I find her work fascinating and intriguing with a curious streak that runs through out all of her projects, but it is 'Suite Venitienne' and 'The Hotel' that really inspire me the most in many ways.  Sophie Calle's work inhibits the space between fact and fiction, she crosses boundaries to explore hidden meanings and exploits public spaces, investigating them with a sense of intimacy, these are areas that I want to explore for my current project as I am working in that 'space' between fact and fiction whilst creating my Surgeon's personality/behavioural traits.

In 'Suite Venitienne' Sophie Calle follows a man she met at a party all the way to Venice without him knowing, when in Venice she continued to follow and photograph him for 2 weeks.  Sophie Calle's work is inseparable from her own life, which is what I find fascinating as she submerges herself in her pursuits and curiosity to explore and observe a person who she does not know, black and white
photographs and text are used to record her thoughts, happenings and emotions - through her own perception.  Her work really gets the viewer to see it through her own eyes and in doing so draws the viewer in.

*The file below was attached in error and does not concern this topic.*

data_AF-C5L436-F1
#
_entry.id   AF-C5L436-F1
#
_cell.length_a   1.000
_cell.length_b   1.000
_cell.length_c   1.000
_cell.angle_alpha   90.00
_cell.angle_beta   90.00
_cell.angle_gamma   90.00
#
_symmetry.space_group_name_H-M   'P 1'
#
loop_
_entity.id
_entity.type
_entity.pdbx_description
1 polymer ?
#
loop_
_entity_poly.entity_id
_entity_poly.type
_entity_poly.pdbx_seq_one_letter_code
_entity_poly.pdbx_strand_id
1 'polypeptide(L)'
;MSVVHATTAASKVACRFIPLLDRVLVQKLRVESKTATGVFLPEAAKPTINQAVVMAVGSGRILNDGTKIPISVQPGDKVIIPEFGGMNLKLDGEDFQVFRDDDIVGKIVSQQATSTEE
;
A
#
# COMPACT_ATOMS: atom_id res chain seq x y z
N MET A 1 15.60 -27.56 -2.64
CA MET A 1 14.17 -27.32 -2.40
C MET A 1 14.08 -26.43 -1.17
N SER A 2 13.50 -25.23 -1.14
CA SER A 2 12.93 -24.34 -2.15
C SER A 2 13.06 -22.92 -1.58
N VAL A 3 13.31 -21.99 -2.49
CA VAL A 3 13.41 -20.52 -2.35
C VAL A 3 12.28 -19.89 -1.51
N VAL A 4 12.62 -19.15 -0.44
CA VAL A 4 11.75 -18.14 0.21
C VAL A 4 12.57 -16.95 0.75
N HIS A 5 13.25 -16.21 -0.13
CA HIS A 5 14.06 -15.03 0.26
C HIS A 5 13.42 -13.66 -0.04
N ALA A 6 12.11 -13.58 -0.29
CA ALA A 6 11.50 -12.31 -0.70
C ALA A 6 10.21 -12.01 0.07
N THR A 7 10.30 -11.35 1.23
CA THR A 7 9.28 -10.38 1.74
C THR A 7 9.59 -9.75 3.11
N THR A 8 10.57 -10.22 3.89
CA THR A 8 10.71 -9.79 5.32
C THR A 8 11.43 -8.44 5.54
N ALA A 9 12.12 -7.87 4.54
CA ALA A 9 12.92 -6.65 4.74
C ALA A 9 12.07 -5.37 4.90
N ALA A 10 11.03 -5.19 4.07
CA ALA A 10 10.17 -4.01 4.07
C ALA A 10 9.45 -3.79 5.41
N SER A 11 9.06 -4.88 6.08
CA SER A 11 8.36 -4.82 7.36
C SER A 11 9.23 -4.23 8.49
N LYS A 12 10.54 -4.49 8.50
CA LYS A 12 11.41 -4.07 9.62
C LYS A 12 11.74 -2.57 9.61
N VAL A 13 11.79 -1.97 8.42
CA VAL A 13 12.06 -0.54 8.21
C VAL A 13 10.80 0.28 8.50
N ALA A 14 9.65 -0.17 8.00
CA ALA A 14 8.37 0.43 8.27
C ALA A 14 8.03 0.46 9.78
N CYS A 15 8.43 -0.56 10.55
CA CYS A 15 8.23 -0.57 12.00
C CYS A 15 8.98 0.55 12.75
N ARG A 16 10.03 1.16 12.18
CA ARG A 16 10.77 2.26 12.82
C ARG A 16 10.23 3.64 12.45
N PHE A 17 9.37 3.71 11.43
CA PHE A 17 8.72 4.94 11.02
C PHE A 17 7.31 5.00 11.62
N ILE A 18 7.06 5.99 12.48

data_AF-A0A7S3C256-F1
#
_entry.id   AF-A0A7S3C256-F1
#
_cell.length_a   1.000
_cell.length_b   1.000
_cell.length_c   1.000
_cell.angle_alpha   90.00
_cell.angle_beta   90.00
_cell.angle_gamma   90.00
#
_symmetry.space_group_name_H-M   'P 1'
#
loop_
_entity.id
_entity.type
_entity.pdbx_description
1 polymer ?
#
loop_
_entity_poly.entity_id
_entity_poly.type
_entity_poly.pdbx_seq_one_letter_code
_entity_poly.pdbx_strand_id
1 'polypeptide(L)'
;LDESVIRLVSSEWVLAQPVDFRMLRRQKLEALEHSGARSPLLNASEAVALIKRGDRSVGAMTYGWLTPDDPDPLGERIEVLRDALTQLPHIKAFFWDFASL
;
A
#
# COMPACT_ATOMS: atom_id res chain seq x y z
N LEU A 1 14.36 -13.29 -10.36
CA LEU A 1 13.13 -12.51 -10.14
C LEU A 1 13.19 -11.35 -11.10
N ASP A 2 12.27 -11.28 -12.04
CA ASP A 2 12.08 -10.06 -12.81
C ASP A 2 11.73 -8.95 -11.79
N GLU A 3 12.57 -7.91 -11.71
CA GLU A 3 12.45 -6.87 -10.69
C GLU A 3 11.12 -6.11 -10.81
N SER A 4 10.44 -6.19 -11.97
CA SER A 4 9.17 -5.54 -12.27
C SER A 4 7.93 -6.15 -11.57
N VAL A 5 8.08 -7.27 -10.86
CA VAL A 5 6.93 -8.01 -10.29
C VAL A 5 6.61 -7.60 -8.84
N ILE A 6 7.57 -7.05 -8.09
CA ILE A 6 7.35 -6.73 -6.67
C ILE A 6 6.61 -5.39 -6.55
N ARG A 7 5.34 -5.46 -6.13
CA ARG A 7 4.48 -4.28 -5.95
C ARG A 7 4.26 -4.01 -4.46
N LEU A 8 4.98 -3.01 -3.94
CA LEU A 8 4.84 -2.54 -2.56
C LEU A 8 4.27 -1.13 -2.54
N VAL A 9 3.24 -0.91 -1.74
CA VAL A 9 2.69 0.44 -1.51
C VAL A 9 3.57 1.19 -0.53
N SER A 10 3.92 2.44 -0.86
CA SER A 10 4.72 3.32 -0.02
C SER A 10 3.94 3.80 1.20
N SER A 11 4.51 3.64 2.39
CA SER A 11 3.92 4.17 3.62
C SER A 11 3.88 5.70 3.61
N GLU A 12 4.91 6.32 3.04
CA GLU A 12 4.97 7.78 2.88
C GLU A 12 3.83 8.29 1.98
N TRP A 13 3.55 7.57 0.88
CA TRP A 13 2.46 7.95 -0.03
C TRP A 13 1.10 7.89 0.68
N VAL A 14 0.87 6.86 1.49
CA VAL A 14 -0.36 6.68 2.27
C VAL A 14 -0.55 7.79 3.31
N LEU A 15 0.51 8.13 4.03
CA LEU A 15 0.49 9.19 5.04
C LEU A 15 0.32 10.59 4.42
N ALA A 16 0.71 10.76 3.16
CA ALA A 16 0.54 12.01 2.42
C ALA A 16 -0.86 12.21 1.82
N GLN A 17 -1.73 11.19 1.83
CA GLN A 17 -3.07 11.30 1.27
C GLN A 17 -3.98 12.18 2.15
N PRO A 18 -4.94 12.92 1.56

Below are some images of the mystery man whom she followed around Venice. There is so much mystery to the photographs, they leave a lot to the imagination, also the viewpoint is interesting, and draws you into Calle's viewpoint.

''Her use of the diaristic entry, the snapshot, confession and surveillance has greatly influenced much contemporary work concerned with self-documentation and the investigation of ritual, fantasy, anticipation and desire.'' - The White Cube (1997).

The above are methods I would like to use in my work on future projects, as I am concerned with human behaviour, memories and experiences that people have encountered and they way that they project it to the outside world via a persona or a hidden way, such as clues to the lives they lead through objects, daily routine etc.  I also think this way of observing could be used for my current self-directed project.

'The Hotel' is also set in Venice and is based on Sophie Calle actually getting a temporary job in a Hotel as a Chambermaid and created a piece of work about what she thought the hotel guests were like based on their personal belongings.

''For each room there was a photograph of the bed undone, of other objects in the room, and a description day by day of what I had fund there.'' - Sophie Calle

Below: Room 47 belongings.

Wednesday, 6 November 2013

What does Illustration mean? (PDP Level 6)